Thursday, April 5, 2007

152)Scientists find the key to memory; it involves proteins.

In an earlier post(no. 127) I talked about the versatility of proteins and also mentioned the role they play in memory formation:

The following article talks about the discovery of a protein that functions as a master molecular switch and how the amount of this protein in a cell is related(in this case inversely) to the efficiency of memory formation:

"What we have done is make a mouse that has a mutation in one gene and this gene makes a protein that controls the speed at which other proteins in the cells are made..."

Apr 05, 2007 12:06 PM
Sheryl Ubelacker
Canadian Press

Memory has been called "the sublime miracle" of the mind – and a team of Canadian scientists believes it has pinpointed what may be the molecular master switch that underlies our ability for long-term recall.

What's more, they hope their discovery will lead to a drug that can help people with Alzheimer's disease and other forms of dementia, whose ability to remember is increasingly impaired.

The researchers, led by molecular biologist Nahum Sonenberg of McGill University, discovered that laboratory mice with a mutation to a certain gene have an enhanced ability to learn and remember compared to normal mice.

The gene in question normally increases levels of a natural memory-blocking protein. In the genetically altered mice, less of that inhibiting protein is produced, allowing the animals to process learning faster and to remember longer.

"What we have done is make a mouse that has a mutation in one gene and this gene makes a protein that controls the speed at which other proteins in the cells are made," Sonenberg said from Montreal. "When you have the mutation, you make less of a protein that inhibits learning and memory."

"Because you make less, you have a better memory."

The next step is to look for a compound that would mimic the effects of the gene mutation – in other words, a pill that boosts the ability to remember.

"If such a pill could be generated, it might provide a new method for treating people with memory-related diseases such as Alzheimer's," said Mauro Costa-Mattioli, a senior postdoctoral fellow in Sonenberg's lab. "While a drug that worked in this way wouldn't cure the disease itself, it might rescue the symptoms of memory loss."

Memories are formed when the repeated activation of brain cells leads to a strengthening of neural connections, or synapses, a process known as synaptic plasticity.

Both memory and synaptic plasticity have two components – one that allows short-term memory, lasting minutes to hours, and a second that follows repetitive training. The latter activates mechanisms that stabilize nerve connections, resulting in memory that lasts days, weeks or years.

To conduct their study, published in Friday's issue of the journal Cell, the scientists compared the performance of mice with the altered gene to normal mice in a series of standard lab tests.
One of those tests involves teaching the animals to locate a platform hidden in a maze set up in a water tank. After six days of training, the normal mice were able to swim to the platform in about 50 seconds, guided by a series of symbols on the walls and ceiling of the maze the animals had seen while learning to navigate the course.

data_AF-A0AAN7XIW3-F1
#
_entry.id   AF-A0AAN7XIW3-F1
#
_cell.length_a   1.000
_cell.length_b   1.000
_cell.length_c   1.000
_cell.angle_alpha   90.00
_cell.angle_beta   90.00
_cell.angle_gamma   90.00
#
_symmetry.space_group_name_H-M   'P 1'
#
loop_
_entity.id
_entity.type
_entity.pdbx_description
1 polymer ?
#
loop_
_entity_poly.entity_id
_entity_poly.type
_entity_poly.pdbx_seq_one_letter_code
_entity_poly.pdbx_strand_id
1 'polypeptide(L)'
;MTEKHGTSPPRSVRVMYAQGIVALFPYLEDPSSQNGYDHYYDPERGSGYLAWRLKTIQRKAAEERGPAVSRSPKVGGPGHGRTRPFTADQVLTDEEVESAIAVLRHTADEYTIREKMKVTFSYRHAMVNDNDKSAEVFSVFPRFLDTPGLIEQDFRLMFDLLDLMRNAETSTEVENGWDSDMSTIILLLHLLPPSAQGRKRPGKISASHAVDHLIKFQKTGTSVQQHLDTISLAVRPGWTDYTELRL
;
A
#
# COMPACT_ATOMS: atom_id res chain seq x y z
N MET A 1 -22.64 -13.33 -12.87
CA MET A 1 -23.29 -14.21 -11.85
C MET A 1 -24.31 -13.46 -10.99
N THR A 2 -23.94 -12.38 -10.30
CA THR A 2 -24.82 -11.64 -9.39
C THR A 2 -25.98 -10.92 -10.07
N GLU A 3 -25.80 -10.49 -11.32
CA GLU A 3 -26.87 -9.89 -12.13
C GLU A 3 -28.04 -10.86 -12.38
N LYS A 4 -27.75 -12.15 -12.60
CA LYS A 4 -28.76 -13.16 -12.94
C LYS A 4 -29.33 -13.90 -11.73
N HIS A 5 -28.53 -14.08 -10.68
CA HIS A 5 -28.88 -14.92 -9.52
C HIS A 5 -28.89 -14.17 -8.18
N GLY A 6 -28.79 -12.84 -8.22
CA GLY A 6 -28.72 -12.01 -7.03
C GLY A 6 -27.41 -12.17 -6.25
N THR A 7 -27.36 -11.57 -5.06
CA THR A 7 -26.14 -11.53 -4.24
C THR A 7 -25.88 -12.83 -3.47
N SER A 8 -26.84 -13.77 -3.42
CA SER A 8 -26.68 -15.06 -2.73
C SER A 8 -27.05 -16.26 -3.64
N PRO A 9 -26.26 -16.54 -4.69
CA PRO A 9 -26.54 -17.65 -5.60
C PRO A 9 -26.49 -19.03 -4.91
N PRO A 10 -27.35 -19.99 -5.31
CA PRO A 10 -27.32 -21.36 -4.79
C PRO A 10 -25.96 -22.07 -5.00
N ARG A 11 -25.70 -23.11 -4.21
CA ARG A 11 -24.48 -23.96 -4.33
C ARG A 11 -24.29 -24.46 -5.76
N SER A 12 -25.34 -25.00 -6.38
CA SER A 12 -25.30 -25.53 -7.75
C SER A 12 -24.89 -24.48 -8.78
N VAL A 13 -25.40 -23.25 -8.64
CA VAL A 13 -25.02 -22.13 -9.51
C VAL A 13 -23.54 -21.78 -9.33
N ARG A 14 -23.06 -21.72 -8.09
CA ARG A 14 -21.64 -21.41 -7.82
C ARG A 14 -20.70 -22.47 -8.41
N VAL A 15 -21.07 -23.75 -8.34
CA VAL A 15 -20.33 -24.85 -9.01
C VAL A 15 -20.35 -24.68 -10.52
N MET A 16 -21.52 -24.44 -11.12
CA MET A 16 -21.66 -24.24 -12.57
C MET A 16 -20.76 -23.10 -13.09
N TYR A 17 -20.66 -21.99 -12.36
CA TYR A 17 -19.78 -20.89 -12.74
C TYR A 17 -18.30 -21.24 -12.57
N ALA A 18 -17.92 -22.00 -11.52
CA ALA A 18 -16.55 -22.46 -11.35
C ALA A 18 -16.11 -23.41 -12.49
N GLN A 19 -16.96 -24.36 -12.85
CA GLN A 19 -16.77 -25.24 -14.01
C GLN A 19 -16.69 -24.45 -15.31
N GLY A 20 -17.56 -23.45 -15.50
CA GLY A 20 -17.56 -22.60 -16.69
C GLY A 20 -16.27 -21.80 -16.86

"Now if you take the `smart mouse,' as we call it, you cut it (the time) in half," said Sonenberg of the genetically altered animals. "Now it's about 25 to 30 seconds. So it's better than the normal mouse."

"In all these tests, the genetic mice had better memories. They learned faster."

Dr. Weihong Song, Canada Research Chair in Alzheimer's Disease at the University of British Columbia, said scientists have known for some time that gene expression and proteins are involved in memory formation and learning, but the basic mechanisms have not been fully defined.

"I think this is a great paper and a great finding and a very good step in the right direction," Song said from Vancouver. "It demonstrates that one of the molecules has a major effect on memory formation and in particular in long-term memory."

"And it gives us some clues how to design some of the (compounds) that maybe can be used as memory-enhancing drugs, which will benefit some of the memory-related disorders such as Alzheimer's disease and other aging-related dementias."

Being able to tinker with the molecular master switch for long-term recall also raises the notion of a pill to ramp up memory capacity in the average person.

But Sonenberg said that idea has to be approached with caution, since the molecule being targeted plays myriad other roles in the body, including in organs such as the pancreas and liver.

"With Alzheimer's (patients), they have a severe block in memory, and if you can increase it by even 10 or 20 per cent . . . it would be a huge benefit," he said.

"For the average person, it could be a benefit, but we don't know. That's why we have to do research."

Post-article comment:
The above basic and clinical scientific research on memory and memory-related diseases such as Alzheimer's disease can only be carried out with proper funding and one prolific fundraiser for this and other related types of research, we all know, is Princess Yasmin Aga Khan. Ismaili Mail carried two articles about her humanitarian activities:


Islam, eminently logical, placing the greatest emphasis on knowledge, purports to understand God's creation:Aga Khan 4.
The God of the Quran is the One whose Ayats(Signs) are the Universe in which we live, move and have our being:Aga Khan 3